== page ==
Design and validation issues in RNA-seq experiments
Zhide Fang obtained his PhD in Statistics in 1999. He is currently an Associate Professor in Biostatistics Program, School of Public Health, at Louisiana State University Health Sciences Center at New Orleans.
Xiangqin Cui obtained her PhD in Genetics in 2001 and did her postdoctoral training in Statistical Genetics from 2001 to 2004. She is currently an assistant professor in Department of Biostatistics, Section on Statistical Genetics, at the University of Alabama at Birmingham.
Corresponding author. Xiangqin Cui, Assistant Professor, Department of Biostatistics, Section on Statistical Genetics, University of Alabama at Birmingham, 327 Ryals Public Health Building, 1665 University BLVD, Birmingham, AL 35294, USA. Tel: +1-205-996-4154; Fax: +1-205-975-2540; E-mail: firstname.lastname@example.org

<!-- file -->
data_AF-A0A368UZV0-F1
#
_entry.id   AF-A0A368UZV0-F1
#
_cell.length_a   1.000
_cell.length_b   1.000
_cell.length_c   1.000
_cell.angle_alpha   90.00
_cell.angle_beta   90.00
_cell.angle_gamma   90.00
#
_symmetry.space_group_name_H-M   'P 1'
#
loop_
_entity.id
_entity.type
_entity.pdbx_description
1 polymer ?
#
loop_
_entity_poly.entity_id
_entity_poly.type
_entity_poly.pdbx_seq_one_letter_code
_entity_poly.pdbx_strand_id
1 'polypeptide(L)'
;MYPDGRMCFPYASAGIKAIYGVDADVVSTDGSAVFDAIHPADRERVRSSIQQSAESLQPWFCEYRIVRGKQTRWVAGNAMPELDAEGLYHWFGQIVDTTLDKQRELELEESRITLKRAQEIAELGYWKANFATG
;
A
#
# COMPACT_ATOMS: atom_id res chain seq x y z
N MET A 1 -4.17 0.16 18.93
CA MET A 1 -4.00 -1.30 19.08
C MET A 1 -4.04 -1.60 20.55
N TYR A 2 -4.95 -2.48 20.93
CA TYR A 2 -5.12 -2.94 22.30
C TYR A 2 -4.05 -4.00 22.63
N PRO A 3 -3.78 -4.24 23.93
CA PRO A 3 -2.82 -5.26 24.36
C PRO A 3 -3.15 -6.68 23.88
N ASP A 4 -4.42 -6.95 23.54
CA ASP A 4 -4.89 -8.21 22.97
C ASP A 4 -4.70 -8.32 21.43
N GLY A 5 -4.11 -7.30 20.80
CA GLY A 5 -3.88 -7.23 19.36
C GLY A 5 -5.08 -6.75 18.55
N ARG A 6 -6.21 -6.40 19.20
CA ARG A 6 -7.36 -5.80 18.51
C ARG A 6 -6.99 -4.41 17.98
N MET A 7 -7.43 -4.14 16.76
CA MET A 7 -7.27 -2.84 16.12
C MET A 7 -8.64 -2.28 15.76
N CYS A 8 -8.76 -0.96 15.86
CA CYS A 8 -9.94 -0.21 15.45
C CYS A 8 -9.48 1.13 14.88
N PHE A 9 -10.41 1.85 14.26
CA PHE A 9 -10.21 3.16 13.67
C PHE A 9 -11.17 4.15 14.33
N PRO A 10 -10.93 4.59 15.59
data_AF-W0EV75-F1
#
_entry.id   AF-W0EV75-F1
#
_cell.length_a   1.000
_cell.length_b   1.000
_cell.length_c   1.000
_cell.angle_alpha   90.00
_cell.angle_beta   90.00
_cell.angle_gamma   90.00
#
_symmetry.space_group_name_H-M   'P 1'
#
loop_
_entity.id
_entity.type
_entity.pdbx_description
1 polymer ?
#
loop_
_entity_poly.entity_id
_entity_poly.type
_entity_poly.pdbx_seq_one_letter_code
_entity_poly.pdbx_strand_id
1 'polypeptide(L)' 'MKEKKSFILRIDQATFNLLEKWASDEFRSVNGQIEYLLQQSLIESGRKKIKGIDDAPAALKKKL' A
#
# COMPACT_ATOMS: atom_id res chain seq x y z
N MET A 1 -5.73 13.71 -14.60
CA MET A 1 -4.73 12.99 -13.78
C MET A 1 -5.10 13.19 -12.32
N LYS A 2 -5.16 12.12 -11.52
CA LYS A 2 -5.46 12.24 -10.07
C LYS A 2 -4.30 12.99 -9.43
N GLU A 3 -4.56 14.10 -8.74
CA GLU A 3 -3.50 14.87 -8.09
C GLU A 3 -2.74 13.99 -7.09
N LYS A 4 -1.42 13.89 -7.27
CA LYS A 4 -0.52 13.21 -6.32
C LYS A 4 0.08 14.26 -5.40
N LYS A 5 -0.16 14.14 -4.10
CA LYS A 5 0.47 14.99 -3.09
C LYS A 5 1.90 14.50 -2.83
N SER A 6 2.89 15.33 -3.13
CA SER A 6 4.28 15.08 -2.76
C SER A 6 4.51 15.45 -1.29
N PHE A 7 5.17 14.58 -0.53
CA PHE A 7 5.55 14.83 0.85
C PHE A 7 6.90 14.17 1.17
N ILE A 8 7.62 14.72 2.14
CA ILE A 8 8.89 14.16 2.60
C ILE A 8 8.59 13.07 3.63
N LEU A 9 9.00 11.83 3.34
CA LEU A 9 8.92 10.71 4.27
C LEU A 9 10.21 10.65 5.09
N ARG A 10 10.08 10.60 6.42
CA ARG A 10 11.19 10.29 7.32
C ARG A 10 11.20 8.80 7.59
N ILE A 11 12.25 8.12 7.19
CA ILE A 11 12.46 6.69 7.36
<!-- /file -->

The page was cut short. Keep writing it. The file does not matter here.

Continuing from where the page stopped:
Received August 30, 2010.
Revision received February 2, 2011.
The next-generation sequencing technologies are being rapidly applied in biological research. Tens of millions of short sequences generated in a single experiment provide us enormous information on genome composition, genetic variants, gene expression levels and protein binding sites depending on the applications. Various methods are being developed for analyzing the data generated by these technologies. However, the relevant experimental design issues have rarely been discussed. In this review, we use RNA-seq as an example to bring this topic into focus and to discuss experimental design and validation issues pertaining to next-generation sequencing in the quantification of transcripts.